March 29, 2018
Changing jobs can be one of the best career moves if you find a new opportunity that lands you in a workplace that encourages and energizes you to excel.
But it takes work to make sure a move will be good for you and your career. Often, I find people make a switch for the wrong reasons. I don’t want you to make that costly mistake.
3 Questions You Must Ask Yourself When Considering a Job Change.
1. Do I dislike my job, or just one person? Look, if your direct manager is making your life miserable, and you see no way around it, then maybe it’s time to make a change. But before you go that route, think about whether you can manage around the situation. Confiding in H.R. can sometimes be iffy, but if your H.R. department has a good reputation for being focused on all employees, then schedule an appointment to ask for input on how to handle the situation. If there’s no workaround, would transferring to a different department/manager be a good solution, rather than leaving?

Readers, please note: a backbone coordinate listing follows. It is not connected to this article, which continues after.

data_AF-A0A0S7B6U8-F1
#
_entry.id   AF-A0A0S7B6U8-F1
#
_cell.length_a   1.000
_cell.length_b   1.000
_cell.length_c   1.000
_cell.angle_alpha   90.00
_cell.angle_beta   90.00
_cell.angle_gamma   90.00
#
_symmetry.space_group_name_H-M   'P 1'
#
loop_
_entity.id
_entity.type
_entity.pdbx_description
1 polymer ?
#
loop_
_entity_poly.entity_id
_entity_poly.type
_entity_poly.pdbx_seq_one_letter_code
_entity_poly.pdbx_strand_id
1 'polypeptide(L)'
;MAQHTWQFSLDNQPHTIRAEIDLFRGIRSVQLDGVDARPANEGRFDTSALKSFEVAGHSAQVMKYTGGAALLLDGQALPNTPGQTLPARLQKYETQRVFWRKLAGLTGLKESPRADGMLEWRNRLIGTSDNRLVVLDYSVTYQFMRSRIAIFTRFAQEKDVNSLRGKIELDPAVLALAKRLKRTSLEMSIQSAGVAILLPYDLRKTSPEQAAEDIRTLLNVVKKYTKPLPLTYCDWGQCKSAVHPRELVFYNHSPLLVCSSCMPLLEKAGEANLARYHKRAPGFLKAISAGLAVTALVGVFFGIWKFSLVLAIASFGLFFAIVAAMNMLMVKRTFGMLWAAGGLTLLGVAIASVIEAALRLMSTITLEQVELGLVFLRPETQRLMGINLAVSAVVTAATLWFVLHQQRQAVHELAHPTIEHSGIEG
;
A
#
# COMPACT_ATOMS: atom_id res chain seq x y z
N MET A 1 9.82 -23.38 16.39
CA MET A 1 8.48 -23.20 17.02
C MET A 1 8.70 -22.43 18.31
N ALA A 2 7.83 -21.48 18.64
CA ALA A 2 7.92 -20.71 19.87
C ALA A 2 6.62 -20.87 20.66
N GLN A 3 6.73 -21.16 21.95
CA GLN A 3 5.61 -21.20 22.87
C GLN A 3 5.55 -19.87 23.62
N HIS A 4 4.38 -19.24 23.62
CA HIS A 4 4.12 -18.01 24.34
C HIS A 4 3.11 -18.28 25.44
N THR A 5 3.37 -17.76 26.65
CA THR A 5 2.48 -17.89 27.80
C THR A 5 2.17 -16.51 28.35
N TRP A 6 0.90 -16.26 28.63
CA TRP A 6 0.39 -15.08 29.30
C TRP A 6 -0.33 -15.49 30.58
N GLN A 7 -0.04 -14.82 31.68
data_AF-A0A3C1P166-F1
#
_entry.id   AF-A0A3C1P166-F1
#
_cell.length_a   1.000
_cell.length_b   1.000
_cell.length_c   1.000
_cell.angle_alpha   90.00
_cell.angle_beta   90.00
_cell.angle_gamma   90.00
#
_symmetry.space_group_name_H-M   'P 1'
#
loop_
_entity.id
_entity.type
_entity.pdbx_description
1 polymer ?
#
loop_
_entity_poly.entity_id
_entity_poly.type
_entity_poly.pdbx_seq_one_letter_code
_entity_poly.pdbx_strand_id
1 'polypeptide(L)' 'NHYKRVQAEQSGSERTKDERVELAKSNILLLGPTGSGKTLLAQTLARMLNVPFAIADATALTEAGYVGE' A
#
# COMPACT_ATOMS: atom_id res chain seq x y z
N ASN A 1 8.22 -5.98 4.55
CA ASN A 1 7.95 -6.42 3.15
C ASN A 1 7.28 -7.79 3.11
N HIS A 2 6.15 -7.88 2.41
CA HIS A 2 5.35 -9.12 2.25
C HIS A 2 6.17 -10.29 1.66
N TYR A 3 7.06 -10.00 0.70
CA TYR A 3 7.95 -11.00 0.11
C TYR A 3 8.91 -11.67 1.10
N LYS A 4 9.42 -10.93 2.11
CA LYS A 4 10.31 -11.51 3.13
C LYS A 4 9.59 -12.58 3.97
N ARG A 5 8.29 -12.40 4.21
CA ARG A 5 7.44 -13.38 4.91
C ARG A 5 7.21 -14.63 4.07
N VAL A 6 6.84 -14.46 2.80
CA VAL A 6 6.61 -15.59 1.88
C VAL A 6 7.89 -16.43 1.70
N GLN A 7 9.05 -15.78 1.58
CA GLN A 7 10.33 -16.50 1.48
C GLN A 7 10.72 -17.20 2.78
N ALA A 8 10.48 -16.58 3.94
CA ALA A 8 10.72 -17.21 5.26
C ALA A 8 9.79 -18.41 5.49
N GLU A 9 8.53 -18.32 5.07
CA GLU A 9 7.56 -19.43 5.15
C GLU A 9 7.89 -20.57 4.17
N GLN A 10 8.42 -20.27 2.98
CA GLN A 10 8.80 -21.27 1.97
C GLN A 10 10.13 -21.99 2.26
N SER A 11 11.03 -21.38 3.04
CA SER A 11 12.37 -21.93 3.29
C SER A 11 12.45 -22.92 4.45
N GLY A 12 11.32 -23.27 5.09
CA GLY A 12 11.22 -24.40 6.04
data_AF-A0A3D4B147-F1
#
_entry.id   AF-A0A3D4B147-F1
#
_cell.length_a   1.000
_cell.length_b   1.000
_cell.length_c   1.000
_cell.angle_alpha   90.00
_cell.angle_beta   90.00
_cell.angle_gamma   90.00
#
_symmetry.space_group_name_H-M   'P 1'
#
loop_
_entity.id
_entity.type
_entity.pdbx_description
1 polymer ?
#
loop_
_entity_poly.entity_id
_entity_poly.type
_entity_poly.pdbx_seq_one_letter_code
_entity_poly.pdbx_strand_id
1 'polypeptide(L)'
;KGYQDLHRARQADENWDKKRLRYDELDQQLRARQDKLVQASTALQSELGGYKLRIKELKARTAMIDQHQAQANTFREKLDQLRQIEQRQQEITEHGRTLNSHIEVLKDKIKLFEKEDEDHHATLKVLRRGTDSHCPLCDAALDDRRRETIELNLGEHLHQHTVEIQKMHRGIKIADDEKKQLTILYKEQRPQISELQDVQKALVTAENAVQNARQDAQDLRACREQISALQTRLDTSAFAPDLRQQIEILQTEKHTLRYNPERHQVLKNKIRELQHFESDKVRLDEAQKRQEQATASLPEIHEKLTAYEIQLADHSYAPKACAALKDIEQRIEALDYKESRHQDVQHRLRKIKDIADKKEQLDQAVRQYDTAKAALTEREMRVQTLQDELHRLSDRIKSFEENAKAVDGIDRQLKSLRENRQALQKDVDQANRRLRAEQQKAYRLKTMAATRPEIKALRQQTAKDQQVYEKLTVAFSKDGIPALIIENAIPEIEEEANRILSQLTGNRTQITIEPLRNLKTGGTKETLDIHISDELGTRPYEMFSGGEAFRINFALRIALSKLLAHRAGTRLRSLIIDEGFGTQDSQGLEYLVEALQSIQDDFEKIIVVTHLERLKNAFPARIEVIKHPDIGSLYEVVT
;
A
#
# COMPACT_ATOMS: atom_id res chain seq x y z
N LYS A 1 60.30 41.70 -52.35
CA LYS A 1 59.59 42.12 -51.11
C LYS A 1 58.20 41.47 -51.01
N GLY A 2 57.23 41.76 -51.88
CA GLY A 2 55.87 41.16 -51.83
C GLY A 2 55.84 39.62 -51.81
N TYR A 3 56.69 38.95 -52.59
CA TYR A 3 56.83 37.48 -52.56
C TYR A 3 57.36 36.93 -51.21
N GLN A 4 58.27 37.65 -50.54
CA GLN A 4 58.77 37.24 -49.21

2. Do I need to change my job, or my attitude? Dig deep and try to identify what is really eating at you. Is it the logistics of this actual job, or crazy office dynamics? Those are very good reasons to consider moving on. Or is it because you are hard on yourself—and everyone else-and constantly angry or frustrated? If that’s the case, then changing jobs isn’t going to make you happier. You are just going to take your baggage to the next job. I recommend spending some time trying to change your attitude. You not only might find your current job suddenly improves a lot, I think you will generally feel a lot better about you.
3. Does it make financial sense? Before you accept a new job you must carefully review the benefits package. Will you be required to pay more for your share of the health insurance? Is there a company retirement plan, and does it come with a matching contribution? And if you are considering relocating to a job in a new state, what’s the cost of living? If you’re moving from a no-state tax to one that levies an income tax, you better factor that into your decision. If you are not careful, a 10 percent salary bump for a new job could be erased by a less robust benefits package, or a steep change in your tax situation.
I am all for making a move when it makes sense: professionally, personally, and financially. Make it your job to carefully consider if a change would really pay off in what is most important: a happier, healthier you who loves what you do.